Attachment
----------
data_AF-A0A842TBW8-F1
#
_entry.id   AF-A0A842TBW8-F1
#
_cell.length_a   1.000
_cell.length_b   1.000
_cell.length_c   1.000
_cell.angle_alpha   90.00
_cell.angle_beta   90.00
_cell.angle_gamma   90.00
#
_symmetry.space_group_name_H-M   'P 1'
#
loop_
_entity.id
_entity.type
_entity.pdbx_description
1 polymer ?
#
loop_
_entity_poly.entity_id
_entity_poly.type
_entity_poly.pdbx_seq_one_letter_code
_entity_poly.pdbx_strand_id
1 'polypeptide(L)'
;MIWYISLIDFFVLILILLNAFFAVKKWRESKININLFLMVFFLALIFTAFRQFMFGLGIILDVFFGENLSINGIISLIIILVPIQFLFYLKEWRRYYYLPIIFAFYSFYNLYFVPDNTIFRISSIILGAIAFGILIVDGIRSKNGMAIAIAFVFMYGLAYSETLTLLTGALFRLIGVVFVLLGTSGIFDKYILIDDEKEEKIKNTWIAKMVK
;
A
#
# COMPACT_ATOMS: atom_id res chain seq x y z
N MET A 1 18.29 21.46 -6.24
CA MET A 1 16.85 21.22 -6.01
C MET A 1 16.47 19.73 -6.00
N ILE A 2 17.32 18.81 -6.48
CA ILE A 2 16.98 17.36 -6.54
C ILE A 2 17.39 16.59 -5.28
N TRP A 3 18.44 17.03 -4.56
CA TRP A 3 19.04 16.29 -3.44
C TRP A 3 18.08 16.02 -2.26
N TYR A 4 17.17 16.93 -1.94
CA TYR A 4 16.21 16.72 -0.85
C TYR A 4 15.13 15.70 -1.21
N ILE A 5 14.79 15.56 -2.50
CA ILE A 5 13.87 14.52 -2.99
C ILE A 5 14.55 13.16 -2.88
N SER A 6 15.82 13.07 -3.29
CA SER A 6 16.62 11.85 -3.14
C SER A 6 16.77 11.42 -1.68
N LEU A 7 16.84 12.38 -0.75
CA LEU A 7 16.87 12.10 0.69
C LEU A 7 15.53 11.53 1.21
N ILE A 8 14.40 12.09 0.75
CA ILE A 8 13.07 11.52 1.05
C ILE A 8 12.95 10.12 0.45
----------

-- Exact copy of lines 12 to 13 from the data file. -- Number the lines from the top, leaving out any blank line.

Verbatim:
_symmetry.space_group_name_H-M   'P 1'
#